Something so tiny shouldn’t be able to have such powerful speakers, but the ZenBook 3 Deluxe’s set of four pack in the sound. When I listened to Yellowcard’s “Two Weeks From Twenty,” the audio from the speakers instantly filled our midsize conference room with clear vocals, drums and guitars. And although I could make out the bass, it wasn’t as powerful as I would have liked. Moving to Movie Mode or Gaming Mode in the ICEpower AudioWizard pumped out a bit more bass, but it put some echoes in the vocals.
With the ZenBook 3 Deluxe’s 2.7-GHz Intel Core i7-7500U CPU, 16GB of RAM and 512GB PCIe SSD, it’s no surprise that the computer is one hell of a multitasker. I had 40 tabs open in Chrome (one of which was streaming a 1080p episode of “The Daily Show with Trevor Noah”) and didn’t notice any lag.
Asus’ laptop notched a score of 7,901 on the Geekbench 4 overall performance test, handily beating the ultraportable average (6,709) and the XPS 13 (7,287; Intel Core i7-7500U). Both the ThinkPad X1 Carbon (8,571; Core i7-7600U) and the MacBook Pro (9,213; Core i5-7267U) had superior scores.
A device this tiny shouldn’t be able to have such powerful speakers.
The ZenBook 3 Deluxe copied 4.97GB of files in just 6 seconds, for a transfer rate of 848 megabytes per second. That’s speedier than the ultraportable-category average (220 MBps) and the MacBook Pro (727 MBps). The XPS 13 (339.3 MBps) and the ThinkPad X1 Carbon (242 MBps) were sluggish by comparison.
It took 3 minutes and 34 seconds for the ZenBook 3 Deluxe to pair 20,000 names and addresses in our OpenOffice spreadsheet macro test. That’s quicker than the category average (5:43) and the XPS 13 (3:44) but slower than the ThinkPad X1 Carbon (3:22).
Ultraportables like the ZenBook 3 Deluxe aren’t graphics powerhouses. Asus’ notebook, with its integrated Intel HD Graphics 620, achieved a score of 74,490 on the 3DMark Ice Storm Unlimited benchmark. That’s higher than the average (57,308), as well as the scores from the ThinkPad X1 Carbon (68,062; Intel HD Graphics 620) and the Dell XPS 13 (62,754; Intel HD Graphics 5500). You might be able to handle some basic photo editing on these, but you won’t be playing any intense video games.
It seems that to get the ZenBook so thin and so light, Asus had to skimp on the battery. It lasted just 6 hours and 52 minutes on the Laptop Mag Battery Test, which browses the web continuously over Wi-Fi.
The ultraportable average is 8:22, but the competition endured even longer. The MacBook Pro survived for 8:40, and the XPS 13 ran for 9:11 with a touch screen and a crazy 13:49 with a standard 1080p display. The ThinkPad X1 Carbon kept going for an impressive 12:21.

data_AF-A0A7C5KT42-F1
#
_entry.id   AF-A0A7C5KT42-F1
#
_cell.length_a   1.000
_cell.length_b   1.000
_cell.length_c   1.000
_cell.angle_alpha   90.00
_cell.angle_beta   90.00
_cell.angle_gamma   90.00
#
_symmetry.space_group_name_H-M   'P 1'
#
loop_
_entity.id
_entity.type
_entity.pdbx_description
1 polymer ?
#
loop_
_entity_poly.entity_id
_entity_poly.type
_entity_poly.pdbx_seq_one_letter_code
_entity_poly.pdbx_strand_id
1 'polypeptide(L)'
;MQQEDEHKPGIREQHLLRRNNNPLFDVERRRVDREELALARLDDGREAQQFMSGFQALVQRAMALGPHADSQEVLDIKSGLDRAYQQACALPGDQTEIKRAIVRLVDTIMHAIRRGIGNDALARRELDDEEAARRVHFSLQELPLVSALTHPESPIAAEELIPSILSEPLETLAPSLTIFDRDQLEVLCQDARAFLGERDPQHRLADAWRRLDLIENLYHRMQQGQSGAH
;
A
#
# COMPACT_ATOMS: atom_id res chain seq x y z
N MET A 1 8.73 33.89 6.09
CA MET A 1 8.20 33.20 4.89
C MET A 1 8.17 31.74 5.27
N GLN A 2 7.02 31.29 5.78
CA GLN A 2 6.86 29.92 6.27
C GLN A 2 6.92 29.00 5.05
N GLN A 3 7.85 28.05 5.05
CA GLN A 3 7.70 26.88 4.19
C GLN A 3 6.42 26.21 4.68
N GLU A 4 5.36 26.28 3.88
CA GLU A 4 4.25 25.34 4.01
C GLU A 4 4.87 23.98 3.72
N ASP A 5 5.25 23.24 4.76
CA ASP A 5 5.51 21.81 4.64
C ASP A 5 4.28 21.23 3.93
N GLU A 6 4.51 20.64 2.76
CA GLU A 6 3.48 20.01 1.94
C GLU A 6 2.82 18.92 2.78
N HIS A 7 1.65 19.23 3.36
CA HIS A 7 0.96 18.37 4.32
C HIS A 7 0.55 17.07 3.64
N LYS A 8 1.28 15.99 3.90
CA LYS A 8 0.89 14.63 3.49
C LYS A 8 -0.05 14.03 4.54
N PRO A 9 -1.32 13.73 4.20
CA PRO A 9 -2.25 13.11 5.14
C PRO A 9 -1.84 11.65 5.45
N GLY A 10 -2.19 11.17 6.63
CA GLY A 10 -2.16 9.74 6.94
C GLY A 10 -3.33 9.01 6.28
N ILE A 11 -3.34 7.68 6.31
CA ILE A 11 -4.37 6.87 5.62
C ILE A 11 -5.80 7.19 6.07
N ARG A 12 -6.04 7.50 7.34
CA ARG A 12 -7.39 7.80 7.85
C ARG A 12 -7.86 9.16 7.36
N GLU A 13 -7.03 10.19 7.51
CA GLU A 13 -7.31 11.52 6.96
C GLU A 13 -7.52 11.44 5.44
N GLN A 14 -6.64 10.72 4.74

This is ridiculous. In its $1,700 flagship productivity device, Asus included a lowly 480p webcam. For shame. There are budget laptops that offer at least 720p.
In a photo I shot in our labs, the colors were accurate, but the image was blurry. The stripes in my shirt were faded, and my hair looked like a big plastic bag placed on top of my head. My beard looked like a very neat kindergartner drew it on with a crayon.
In our testing, the ZenBook 3 Deluxe stayed nice and cool. After we streamed HD video from YouTube for 15 minutes, the bottom of the laptop reached 81 degrees Fahrenheit, the center of the keyboard measured 78 degrees and the touchpad was 74 degrees. We consider temperatures below 95 degrees to be comfortable.
Software and Warranty
I have to hand it to Asus here: The company is not cluttering Windows 10 with all kinds of crap. Besides some audio software and a digital manual, the ZenBook is free of third-party software.
That doesn’t mean there isn’t any bloatware. It just comes with the standard set of apps, most of which come on every Windows 10 PC: Candy Crush Soda Saga, Royal Revolt 2, Twitter, Facebook, Netflix, Sling, and March of Empire: War of Lords, to name a few.
Asus sells the ZenBook 3 Deluxe with a one-year warranty.
The Asus ZenBook 3 Deluxe UX490UA is an incredibly slim laptop with breathtaking looks, a vivid display and a comfortable keyboard. On the surface, it’s easy to fall in love with this comely clamshell. The biggest ding to the device is its poor battery life, coming in under 7 hours in our tests. At least you can use an external webcam to replace the poor, low-res one that comes built in, but you shouldn’t have to do that on a $1,700 machine. If you can handle a thicker laptop, consider the Dell XPS 13, which is still our favorite notebook. It lasts longer on a charge, and offers strong performance and a wide variety of ports. Although you can get it starting at $800, I’d recommend starting at the $1,000 or $1,350 configurations for better specs. If you were looking at dropping $1,700 on the ZenBook 3, that’s a deal. But if you’re going for style points, the ZenBook 3 Deluxe earns top marks. Whether you’re at work, the office or home, someone’s going to notice your laptop.